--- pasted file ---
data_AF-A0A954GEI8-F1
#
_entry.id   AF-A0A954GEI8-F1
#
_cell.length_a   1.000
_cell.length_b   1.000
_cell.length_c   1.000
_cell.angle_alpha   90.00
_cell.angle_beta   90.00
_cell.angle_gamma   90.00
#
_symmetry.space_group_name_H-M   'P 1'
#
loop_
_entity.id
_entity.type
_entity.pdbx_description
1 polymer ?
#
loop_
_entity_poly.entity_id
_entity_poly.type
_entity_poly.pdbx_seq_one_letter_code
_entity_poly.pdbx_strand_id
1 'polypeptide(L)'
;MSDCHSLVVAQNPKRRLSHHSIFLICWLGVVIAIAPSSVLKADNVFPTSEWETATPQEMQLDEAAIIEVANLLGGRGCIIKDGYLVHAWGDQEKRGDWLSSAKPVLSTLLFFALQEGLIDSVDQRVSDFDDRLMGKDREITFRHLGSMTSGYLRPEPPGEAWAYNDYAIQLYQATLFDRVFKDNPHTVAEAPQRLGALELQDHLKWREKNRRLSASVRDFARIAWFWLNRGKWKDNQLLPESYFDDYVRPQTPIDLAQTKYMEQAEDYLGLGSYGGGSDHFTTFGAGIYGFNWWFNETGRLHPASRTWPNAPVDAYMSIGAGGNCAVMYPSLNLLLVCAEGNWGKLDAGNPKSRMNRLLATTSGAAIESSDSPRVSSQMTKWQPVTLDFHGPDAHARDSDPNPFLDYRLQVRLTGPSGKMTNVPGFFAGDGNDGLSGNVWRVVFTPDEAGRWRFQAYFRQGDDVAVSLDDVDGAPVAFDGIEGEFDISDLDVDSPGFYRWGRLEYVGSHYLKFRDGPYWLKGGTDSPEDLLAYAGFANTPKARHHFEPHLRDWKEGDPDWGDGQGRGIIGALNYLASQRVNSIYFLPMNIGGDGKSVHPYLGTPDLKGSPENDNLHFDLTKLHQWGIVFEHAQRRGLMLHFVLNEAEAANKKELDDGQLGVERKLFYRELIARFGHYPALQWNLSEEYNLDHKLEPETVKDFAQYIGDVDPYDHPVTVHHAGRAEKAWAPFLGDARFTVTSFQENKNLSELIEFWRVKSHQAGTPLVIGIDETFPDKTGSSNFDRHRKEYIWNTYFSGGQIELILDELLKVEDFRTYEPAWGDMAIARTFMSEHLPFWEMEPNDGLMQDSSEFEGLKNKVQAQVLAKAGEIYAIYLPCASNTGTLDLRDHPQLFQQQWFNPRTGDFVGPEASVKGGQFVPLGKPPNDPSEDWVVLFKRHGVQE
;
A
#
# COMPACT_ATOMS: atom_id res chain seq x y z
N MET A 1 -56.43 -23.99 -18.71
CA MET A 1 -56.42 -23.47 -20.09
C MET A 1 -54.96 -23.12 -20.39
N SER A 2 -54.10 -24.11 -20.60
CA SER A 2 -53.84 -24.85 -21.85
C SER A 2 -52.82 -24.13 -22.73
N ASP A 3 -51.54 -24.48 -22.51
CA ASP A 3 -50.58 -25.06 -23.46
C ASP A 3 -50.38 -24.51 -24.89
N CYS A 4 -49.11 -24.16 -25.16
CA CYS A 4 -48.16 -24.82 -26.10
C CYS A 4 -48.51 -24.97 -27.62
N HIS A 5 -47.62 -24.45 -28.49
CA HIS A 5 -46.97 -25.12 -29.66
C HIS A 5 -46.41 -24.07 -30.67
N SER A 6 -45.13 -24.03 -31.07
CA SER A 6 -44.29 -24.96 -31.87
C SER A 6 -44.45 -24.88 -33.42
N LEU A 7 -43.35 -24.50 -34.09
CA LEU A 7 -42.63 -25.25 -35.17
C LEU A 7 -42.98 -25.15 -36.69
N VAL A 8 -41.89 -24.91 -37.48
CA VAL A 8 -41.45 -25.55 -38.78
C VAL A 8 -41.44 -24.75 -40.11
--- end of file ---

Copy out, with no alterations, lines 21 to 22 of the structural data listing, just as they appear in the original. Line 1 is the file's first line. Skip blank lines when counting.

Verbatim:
_entity_poly.entity_id
_entity_poly.type